I finished in 3:04, a little slower than my usual time, but I was extremely pleased. My feet did not hurt at all (except for the usual post-race pain) and I was able to maintain a fairly steady pace throughout the race. I realized that I do need to work quite a bit on my speed if I am to regain my customary finishing times, but I think I am finally past the after surgery complications.

The medal is a glow-in-the-dark EBE medal, a fine addition to my collection of half marathon medals. The race is a fun race for walkers as long as they can handle some trail, don’t mind the August heat, and enjoy night races. Me, I am a morning person, so just staying awake until the race began was a challenge, but a worthwhile one.



Dane’s Nearly Free Run – Destin, Florida (July 30, 2016)

The premise is a neat one – just finish the specified number of miles within your chosen race’s time frame and you will be refunded your entire race registration in cash. For example, if you select the 6 hour race, you would need to complete 24 miles within 6 hours in order to get your $24 registration fee back. The 8 hour race required 32 miles to get a refund of $32 and the 12 hour race required 48 miles to get back $48. Those are pretty cheap registration fees to begin with, even without the potential to get one’s money back. If you don’t complete the required mileage, the money is donated to the Air Force Special Operations Combat Control Association. I decided to register for the 8 hour race and hoped to do at least 26.2 miles. Even if I were able to finish 32 miles, my plan was to donate my refund back to the Combat Control Association. It’s pretty hard to find ultra races in the southeast in the deep heat of summer, so I was happy to sign up for an inexpensive race.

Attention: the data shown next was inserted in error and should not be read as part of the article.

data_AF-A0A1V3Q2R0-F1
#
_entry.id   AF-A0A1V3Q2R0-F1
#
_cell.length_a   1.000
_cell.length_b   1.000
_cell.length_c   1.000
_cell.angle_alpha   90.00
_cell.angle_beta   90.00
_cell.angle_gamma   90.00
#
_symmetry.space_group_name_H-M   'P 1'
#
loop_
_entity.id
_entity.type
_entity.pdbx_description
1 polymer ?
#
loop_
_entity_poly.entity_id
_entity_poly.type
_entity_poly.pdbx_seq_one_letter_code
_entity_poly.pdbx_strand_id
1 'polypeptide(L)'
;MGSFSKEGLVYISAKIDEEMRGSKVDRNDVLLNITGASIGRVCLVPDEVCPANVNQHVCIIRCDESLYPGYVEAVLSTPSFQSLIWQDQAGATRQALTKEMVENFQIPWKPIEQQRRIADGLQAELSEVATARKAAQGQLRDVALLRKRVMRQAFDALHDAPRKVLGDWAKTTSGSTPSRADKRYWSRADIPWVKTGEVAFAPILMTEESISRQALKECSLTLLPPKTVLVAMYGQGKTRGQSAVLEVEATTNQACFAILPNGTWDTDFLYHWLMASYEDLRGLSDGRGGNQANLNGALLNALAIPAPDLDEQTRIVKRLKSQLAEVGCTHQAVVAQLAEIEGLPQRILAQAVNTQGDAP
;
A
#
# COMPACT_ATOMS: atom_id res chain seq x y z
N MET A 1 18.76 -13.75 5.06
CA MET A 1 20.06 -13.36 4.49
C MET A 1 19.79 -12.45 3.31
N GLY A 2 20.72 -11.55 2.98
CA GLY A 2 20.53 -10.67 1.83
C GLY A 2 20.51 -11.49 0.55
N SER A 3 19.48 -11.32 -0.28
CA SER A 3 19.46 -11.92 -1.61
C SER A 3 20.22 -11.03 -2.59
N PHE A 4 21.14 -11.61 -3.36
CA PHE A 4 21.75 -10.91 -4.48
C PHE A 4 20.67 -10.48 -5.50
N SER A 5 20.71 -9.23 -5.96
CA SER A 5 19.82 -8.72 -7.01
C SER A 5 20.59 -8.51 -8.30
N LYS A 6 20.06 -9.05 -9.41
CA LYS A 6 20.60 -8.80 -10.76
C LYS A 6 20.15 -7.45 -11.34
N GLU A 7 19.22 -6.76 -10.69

At this point in my recovery from foot surgery (just over 3 months), I wasn’t sure I could even get in a marathon distance but I was game to try. If I succeeded – great! If not, it would be a relatively inexpensive training race. Since the 8 hour race began at 11 am, we left early Saturday morning for the 3 hour drive to the popular beach resort town of Destin, arriving about an hour ahead of time thanks to entering into the Central Time Zone. We found the race site at the Morgan Sports Complex without a problem. I set up several chairs alongside the course, with my drop bag on one, a cooler with ice and snacks on another, and one just to sit on. After checking in with the race officials and getting my bibs (one for the front, one for the back), I just sat and waited. My friend Cheryl soon arrived and we kibitzed until the prerace briefing at 5 minutes to 11.

While this is an extremely low-key race, with only 23 entrants in all 3 races, there were a number of rules that had to be followed in order to avoid disqualification. For instance, racers could not:

  • set up any kind of shade for themselves – no umbrella or tent (although their supporters were free to do so)
  • leave the course to go into their (air-conditioned) car
  • receive aid outside of the official aid area

We were also promised to be yelled at, jeered, and encouraged to quit early (obviously so we would relinquish our registration fees) and every so often, race officials would walk the .83 mile course clockwise (as we ran or walked counter-clockwise) yelling at us to give up and ring the little bell to announce we were throwing in the towel. I think I was more worried about being scolded for walking than I was about the high heat and humidity.